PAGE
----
Myth 7: If you build it, they will come.
The time when you could build a Web site, put it online, and expect people to find it has long since passed. These days, you need an Internet marketing strategy to go along with your Web site. A basic Internet marketing campaign might consist of a Web site and an Internet directory listing. A more advanced campaign can include search engine optimization (SEO) or even bidding for the keywords under which you wish to be found on the major search engines (the latter of which is inadvisable without the help of a top-notch Internet marketing firm).
No matter which path you choose to take, one thing is certain: Once you have a Web site, you need to implement proven methods of getting people to see it. A well-designed Web site has no value if it is not seen. The Internet is a veritable sea of information. Therefore, “being found” is the most critical component, and the focus, of any successful Internet strategy.
Myth 8: The success of Web site traffic is measured by how many ‘hits’ it gets.
Contrary to popular belief, the number of “hits” a Web site receives does not correspond to the amount of traffic or the number of visitors to the site. Hits only gauge how may different images, or “elements,” within the site have been accessed for viewing. Some Web sites generate a huge number of hits simply because they contain numerous before-and-after pictures. To track Web site traffic correctly, you need to track the number of Web site “visits.” This tells you the number of people who have seen the site. Visits are most commonly tracked by counting the number of unique IP addresses that have visited your Web site.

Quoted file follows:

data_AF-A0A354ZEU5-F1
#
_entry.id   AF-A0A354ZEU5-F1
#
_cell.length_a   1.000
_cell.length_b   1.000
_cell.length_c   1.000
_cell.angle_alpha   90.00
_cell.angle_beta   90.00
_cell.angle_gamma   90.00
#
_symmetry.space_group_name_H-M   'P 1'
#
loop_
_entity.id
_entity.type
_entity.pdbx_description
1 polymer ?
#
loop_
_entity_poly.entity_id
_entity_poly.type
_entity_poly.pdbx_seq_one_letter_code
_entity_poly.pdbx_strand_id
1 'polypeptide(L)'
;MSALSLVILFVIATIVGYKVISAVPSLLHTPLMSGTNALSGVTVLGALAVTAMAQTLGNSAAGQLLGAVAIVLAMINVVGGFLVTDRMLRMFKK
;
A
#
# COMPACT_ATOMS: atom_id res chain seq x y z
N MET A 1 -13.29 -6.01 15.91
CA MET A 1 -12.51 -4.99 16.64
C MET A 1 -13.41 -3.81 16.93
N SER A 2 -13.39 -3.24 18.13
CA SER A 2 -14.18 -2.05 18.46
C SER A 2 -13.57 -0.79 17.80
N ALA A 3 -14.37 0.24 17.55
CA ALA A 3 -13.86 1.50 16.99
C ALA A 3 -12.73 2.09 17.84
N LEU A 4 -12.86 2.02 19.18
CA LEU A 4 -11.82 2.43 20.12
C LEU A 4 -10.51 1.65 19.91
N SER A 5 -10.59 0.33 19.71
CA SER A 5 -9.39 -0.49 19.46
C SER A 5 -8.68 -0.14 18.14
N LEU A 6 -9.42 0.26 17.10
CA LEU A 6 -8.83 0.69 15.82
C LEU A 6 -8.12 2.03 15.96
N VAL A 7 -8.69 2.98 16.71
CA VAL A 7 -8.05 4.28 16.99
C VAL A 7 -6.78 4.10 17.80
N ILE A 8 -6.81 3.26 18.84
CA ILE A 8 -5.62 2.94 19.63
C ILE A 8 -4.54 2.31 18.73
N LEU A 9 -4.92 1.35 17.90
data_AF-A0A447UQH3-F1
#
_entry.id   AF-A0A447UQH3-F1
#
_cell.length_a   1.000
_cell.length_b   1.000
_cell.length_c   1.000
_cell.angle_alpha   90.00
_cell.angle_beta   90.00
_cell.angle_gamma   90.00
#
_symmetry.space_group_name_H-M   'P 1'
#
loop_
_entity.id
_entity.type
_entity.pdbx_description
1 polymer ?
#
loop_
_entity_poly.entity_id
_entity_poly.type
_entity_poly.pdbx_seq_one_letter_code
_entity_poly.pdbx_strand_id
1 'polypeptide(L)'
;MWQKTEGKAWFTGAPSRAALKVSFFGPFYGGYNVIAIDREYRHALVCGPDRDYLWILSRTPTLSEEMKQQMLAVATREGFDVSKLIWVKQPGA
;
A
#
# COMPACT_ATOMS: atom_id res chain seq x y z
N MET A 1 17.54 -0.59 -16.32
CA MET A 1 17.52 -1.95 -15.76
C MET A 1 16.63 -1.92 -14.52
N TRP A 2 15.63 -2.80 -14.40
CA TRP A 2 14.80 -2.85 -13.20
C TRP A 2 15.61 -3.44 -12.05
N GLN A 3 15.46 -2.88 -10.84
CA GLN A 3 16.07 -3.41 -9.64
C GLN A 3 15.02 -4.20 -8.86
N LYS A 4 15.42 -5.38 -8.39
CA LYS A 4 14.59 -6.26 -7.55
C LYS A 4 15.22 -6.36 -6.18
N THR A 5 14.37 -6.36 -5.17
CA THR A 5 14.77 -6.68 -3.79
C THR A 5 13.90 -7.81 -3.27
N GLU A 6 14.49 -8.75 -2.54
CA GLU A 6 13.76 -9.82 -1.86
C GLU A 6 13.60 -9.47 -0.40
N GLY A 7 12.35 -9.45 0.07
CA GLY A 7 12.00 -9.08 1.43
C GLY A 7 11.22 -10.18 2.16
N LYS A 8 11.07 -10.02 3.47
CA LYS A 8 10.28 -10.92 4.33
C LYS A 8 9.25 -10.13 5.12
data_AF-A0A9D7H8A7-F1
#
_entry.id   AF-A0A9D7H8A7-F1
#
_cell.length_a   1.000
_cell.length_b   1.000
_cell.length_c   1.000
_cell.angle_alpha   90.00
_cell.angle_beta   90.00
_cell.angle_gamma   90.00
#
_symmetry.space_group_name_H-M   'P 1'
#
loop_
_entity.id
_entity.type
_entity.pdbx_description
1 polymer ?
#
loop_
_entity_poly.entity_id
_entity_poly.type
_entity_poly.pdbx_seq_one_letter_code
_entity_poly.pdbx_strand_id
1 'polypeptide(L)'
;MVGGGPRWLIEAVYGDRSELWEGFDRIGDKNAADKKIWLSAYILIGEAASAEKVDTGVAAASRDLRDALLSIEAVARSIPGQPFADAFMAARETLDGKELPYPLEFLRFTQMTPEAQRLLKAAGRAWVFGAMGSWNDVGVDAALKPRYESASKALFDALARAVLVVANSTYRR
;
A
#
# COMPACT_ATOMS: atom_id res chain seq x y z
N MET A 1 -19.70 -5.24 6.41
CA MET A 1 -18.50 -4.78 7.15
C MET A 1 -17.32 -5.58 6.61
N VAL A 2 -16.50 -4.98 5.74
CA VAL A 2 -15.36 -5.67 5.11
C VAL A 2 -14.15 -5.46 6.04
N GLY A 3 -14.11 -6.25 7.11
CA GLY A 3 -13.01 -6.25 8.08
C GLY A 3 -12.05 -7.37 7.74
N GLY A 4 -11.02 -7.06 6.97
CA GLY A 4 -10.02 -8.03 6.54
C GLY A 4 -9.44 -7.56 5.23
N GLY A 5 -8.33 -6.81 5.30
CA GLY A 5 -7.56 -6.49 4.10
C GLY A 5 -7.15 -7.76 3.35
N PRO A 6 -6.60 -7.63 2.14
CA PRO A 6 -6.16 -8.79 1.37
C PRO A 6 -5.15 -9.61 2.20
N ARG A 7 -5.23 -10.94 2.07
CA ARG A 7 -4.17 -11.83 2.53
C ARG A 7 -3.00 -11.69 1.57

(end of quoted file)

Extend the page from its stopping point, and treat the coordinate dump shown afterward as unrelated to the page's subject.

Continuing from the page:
Myth 9: Most patients don’t have a computer.
According to the results of a nationwide telephone survey conducted by Harris Interactive, 69% of all adults in the United States are now online. Today, even people who don’t own a computer make their way online by borrowing a friend’s computer, going to the library, or using a computer at work. In fact, many studies have shown that most people access the Internet for personal use while at work. Our own internal statistics at Einstein Medical clearly show that most of the traffic to our Web sites arrives during the workday—the vast majority over the lunch hour. Even if a few of your patients don’t have a computer, they’re probably still using the Internet.
Myth 10: Most patients don’t use email.
OK, so most patients use the Internet, but do they really care about email? Yes. More to the point, 90% of adults who use the Internet would like to communicate with their physicians via email, according to Harris Interactive, and more than one third of them would be willing to pay for it. Furthermore, the majority surveyed said they would choose one health plan over another if it enabled them to communicate with their physicians online.
This may seem like a lot to swallow at once, so here’s what it comes down to: The medical practices that have achieved the most success on the Internet paid good money for an attractive, informative Web site built by a reputable Web-development firm that specializes in medicine. To attract potential patients to their Web sites, most of these practices invest in SEO, along with a listing from a top Internet medical directory. Ignore the myths, follow the example of these practices, and hire a good Web-development firm. The rest should fall into place. PSP
Robert C. Silkey is the founder, CEO, and president of Einstein Medical Inc, which provides Internet development to physicians and dentists. This article is an excerpt from the upcoming Einstein Medical white paper, “Ten Internet Myths,” copyright © Einstein Medical Inc 2005. For additional information, or to order other Internet-related white papers, contact Einstein Medical, www.einsteinmedical.com